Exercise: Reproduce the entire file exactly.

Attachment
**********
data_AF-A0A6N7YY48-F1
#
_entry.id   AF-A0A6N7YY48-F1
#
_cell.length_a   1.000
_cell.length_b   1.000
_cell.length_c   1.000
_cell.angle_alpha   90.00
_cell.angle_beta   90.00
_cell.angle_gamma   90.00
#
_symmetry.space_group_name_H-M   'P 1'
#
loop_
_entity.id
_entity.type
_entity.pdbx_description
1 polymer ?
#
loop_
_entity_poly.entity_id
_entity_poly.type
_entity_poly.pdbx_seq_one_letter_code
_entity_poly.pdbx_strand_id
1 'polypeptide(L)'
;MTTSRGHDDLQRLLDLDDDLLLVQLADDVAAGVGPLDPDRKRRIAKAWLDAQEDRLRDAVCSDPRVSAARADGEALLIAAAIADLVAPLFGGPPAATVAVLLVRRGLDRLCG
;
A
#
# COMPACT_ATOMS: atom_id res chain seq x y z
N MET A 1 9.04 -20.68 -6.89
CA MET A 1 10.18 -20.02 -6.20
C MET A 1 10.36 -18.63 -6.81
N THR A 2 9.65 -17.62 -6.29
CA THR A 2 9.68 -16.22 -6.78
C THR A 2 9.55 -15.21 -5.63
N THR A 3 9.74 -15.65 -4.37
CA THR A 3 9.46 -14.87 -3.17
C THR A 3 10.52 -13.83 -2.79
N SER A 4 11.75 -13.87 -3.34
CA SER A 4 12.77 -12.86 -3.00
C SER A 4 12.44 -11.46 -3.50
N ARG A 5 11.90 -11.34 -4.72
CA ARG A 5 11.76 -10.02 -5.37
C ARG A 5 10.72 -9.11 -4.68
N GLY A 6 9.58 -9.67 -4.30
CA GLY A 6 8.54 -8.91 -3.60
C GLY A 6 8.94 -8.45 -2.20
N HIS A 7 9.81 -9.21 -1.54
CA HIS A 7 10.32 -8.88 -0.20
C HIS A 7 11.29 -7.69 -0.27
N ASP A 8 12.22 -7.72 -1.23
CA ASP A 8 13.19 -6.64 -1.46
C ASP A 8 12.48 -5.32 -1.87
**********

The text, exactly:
data_AF-A0A6N7YY48-F1
#
_entry.id   AF-A0A6N7YY48-F1
#
_cell.length_a   1.000
_cell.length_b   1.000
_cell.length_c   1.000
_cell.angle_alpha   90.00
_cell.angle_beta   90.00
_cell.angle_gamma   90.00
#
_symmetry.space_group_name_H-M   'P 1'
#
loop_
_entity.id
_entity.type
_entity.pdbx_description
1 polymer ?
#
loop_
_entity_poly.entity_id
_entity_poly.type
_entity_poly.pdbx_seq_one_letter_code
_entity_poly.pdbx_strand_id
1 'polypeptide(L)'
;MTTSRGHDDLQRLLDLDDDLLLVQLADDVAAGVGPLDPDRKRRIAKAWLDAQEDRLRDAVCSDPRVSAARADGEALLIAAAIADLVAPLFGGPPAATVAVLLVRRGLDRLCG
;
A
#
# COMPACT_ATOMS: atom_id res chain seq x y z
N MET A 1 9.04 -20.68 -6.89
CA MET A 1 10.18 -20.02 -6.20
C MET A 1 10.36 -18.63 -6.81
N THR A 2 9.65 -17.62 -6.29
CA THR A 2 9.68 -16.22 -6.78
C THR A 2 9.55 -15.21 -5.63
N THR A 3 9.74 -15.65 -4.37
CA THR A 3 9.46 -14.87 -3.17
C THR A 3 10.52 -13.83 -2.79
N SER A 4 11.75 -13.87 -3.34
CA SER A 4 12.77 -12.86 -3.00
C SER A 4 12.44 -11.46 -3.50
N ARG A 5 11.90 -11.34 -4.72
CA ARG A 5 11.76 -10.02 -5.37
C ARG A 5 10.72 -9.11 -4.68
N GLY A 6 9.58 -9.67 -4.30
CA GLY A 6 8.54 -8.91 -3.60
C GLY A 6 8.94 -8.45 -2.20
N HIS A 7 9.81 -9.21 -1.54
CA HIS A 7 10.32 -8.88 -0.20
C HIS A 7 11.29 -7.69 -0.27
N ASP A 8 12.22 -7.72 -1.23
CA ASP A 8 13.19 -6.64 -1.46
C ASP A 8 12.48 -5.32 -1.87